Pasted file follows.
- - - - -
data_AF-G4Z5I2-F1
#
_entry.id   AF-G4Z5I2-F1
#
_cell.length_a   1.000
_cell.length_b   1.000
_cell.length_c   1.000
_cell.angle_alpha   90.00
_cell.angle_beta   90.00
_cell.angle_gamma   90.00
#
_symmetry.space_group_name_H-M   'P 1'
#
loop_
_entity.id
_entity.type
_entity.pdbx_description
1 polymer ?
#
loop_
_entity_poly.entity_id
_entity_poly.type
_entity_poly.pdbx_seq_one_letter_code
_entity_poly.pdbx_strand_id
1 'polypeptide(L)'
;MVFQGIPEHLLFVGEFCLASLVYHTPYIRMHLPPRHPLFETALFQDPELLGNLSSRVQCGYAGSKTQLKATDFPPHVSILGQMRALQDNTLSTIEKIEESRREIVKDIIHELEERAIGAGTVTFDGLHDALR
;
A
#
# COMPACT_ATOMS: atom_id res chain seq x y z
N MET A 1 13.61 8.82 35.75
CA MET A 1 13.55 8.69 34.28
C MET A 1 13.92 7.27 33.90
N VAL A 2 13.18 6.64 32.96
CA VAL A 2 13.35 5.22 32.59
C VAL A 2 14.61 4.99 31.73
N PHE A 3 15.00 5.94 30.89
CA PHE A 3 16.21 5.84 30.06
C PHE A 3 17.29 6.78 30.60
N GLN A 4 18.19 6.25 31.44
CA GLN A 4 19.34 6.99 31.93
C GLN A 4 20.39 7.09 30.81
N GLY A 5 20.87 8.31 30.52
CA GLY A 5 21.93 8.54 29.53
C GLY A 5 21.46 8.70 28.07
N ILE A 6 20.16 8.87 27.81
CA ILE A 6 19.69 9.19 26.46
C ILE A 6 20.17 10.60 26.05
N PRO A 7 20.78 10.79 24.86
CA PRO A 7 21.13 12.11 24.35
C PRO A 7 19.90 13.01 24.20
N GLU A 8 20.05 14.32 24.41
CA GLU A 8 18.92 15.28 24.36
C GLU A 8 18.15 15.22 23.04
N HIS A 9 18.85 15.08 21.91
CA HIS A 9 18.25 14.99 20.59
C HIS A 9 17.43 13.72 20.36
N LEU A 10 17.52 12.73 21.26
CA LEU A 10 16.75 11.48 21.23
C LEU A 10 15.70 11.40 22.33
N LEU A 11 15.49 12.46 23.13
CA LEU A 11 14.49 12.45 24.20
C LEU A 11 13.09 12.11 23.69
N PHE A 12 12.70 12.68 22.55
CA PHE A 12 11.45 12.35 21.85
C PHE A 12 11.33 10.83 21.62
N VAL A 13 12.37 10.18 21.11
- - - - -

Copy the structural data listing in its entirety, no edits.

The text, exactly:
data_AF-G4Z5I2-F1
#
_entry.id   AF-G4Z5I2-F1
#
_cell.length_a   1.000
_cell.length_b   1.000
_cell.length_c   1.000
_cell.angle_alpha   90.00
_cell.angle_beta   90.00
_cell.angle_gamma   90.00
#
_symmetry.space_group_name_H-M   'P 1'
#
loop_
_entity.id
_entity.type
_entity.pdbx_description
1 polymer ?
#
loop_
_entity_poly.entity_id
_entity_poly.type
_entity_poly.pdbx_seq_one_letter_code
_entity_poly.pdbx_strand_id
1 'polypeptide(L)'
;MVFQGIPEHLLFVGEFCLASLVYHTPYIRMHLPPRHPLFETALFQDPELLGNLSSRVQCGYAGSKTQLKATDFPPHVSILGQMRALQDNTLSTIEKIEESRREIVKDIIHELEERAIGAGTVTFDGLHDALR
;
A
#
# COMPACT_ATOMS: atom_id res chain seq x y z
N MET A 1 13.61 8.82 35.75
CA MET A 1 13.55 8.69 34.28
C MET A 1 13.92 7.27 33.90
N VAL A 2 13.18 6.64 32.96
CA VAL A 2 13.35 5.22 32.59
C VAL A 2 14.61 4.99 31.73
N PHE A 3 15.00 5.94 30.89
CA PHE A 3 16.21 5.84 30.06
C PHE A 3 17.29 6.78 30.60
N GLN A 4 18.19 6.25 31.44
CA GLN A 4 19.34 6.99 31.93
C GLN A 4 20.39 7.09 30.81
N GLY A 5 20.87 8.31 30.52
CA GLY A 5 21.93 8.54 29.53
C GLY A 5 21.46 8.70 28.07
N ILE A 6 20.16 8.87 27.81
CA ILE A 6 19.69 9.19 26.46
C ILE A 6 20.17 10.60 26.05
N PRO A 7 20.78 10.79 24.86
CA PRO A 7 21.13 12.11 24.35
C PRO A 7 19.90 13.01 24.20
N GLU A 8 20.05 14.32 24.41
CA GLU A 8 18.92 15.28 24.36
C GLU A 8 18.15 15.22 23.04
N HIS A 9 18.85 15.08 21.91
CA HIS A 9 18.25 14.99 20.59
C HIS A 9 17.43 13.72 20.36
N LEU A 10 17.52 12.73 21.26
CA LEU A 10 16.75 11.48 21.23
C LEU A 10 15.70 11.40 22.33
N LEU A 11 15.49 12.46 23.13
CA LEU A 11 14.49 12.45 24.20
C LEU A 11 13.09 12.11 23.69
N PHE A 12 12.70 12.68 22.55
CA PHE A 12 11.45 12.35 21.85
C PHE A 12 11.33 10.83 21.62
N VAL A 13 12.37 10.18 21.11